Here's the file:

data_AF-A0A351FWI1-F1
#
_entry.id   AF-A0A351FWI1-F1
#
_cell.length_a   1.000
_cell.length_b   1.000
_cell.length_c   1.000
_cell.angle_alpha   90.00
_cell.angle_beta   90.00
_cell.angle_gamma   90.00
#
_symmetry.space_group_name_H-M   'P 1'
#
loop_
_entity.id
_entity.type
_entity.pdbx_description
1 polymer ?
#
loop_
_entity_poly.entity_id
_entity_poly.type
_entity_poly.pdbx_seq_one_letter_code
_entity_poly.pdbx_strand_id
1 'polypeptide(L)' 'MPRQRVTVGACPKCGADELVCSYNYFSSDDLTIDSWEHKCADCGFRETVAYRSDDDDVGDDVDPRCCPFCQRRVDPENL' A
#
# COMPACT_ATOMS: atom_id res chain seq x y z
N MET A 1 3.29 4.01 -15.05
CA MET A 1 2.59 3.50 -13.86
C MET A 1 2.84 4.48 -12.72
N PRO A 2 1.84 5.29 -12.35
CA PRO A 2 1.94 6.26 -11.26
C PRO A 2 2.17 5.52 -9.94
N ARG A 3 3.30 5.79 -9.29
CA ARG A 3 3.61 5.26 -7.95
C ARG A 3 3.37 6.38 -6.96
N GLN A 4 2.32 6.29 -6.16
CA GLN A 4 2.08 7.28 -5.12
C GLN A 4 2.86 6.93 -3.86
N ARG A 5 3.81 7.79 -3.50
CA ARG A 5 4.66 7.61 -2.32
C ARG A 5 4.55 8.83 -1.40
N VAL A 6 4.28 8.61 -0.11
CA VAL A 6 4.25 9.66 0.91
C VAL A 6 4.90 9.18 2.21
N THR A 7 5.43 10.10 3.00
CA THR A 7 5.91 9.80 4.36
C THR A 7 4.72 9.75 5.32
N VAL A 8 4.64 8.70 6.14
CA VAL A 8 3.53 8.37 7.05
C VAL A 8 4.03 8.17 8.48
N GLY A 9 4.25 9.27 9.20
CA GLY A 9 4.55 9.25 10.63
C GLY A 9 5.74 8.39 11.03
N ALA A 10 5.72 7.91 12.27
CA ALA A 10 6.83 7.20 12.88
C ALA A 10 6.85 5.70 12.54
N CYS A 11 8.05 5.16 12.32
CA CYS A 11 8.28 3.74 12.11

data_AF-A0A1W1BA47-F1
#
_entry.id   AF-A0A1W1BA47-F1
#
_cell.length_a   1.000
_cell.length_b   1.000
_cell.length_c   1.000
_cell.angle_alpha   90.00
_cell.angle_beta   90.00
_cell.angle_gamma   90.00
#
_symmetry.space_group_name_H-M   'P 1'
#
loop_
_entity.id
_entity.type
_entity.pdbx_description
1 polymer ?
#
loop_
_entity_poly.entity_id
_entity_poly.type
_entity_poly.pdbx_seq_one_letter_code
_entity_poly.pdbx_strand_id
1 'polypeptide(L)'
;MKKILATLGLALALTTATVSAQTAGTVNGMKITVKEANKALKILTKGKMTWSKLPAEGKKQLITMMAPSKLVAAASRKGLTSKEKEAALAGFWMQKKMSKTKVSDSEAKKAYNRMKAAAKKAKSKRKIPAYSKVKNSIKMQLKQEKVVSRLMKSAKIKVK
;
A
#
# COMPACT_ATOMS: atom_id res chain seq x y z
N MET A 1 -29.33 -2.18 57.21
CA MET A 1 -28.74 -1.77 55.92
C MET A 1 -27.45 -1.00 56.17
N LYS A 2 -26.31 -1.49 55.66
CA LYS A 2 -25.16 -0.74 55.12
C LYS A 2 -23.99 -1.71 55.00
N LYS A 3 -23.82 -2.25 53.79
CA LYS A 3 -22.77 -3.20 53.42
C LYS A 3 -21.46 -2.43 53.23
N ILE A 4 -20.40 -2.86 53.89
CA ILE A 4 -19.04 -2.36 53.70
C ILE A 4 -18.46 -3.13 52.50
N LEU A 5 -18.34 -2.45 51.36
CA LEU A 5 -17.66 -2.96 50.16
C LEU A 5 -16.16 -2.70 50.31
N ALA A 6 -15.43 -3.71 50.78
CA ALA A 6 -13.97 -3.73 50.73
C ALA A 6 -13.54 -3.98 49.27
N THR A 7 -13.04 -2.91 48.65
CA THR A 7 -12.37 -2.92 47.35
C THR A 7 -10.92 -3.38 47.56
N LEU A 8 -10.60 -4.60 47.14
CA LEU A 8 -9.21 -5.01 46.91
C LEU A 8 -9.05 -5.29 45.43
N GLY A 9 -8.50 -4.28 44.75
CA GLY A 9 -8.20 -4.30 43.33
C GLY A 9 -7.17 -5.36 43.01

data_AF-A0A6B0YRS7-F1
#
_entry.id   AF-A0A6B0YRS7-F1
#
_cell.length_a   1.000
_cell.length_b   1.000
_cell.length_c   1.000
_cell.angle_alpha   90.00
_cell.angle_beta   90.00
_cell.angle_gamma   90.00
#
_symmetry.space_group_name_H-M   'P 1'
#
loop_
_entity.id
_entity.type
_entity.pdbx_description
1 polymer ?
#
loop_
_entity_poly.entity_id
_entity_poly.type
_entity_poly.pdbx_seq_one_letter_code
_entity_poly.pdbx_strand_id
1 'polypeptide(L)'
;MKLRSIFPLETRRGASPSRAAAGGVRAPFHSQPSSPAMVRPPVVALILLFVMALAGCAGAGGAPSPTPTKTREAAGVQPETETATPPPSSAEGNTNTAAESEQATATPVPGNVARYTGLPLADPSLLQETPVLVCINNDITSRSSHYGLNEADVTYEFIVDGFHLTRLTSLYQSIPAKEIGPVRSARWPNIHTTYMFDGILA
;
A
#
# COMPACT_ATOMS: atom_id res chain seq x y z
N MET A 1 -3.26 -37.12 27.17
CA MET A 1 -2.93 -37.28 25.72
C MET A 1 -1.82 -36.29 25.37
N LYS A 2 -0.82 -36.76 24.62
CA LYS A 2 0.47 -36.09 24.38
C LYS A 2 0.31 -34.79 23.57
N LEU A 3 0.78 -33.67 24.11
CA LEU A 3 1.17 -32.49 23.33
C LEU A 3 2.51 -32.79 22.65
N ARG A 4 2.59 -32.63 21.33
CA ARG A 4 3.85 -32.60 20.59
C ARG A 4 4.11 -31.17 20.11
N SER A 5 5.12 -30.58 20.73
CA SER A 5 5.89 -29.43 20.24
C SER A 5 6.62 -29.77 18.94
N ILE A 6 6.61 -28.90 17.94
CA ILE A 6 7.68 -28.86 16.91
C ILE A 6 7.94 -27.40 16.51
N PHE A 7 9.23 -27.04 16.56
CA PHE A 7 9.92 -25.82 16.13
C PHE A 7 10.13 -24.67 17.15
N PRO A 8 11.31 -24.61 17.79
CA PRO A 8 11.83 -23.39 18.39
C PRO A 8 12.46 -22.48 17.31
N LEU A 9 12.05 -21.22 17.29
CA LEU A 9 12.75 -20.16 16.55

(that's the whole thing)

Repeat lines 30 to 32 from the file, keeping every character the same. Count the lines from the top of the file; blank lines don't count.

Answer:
C MET A 1 2.84 4.48 -12.72
N PRO A 2 1.84 5.29 -12.35
CA PRO A 2 1.94 6.26 -11.26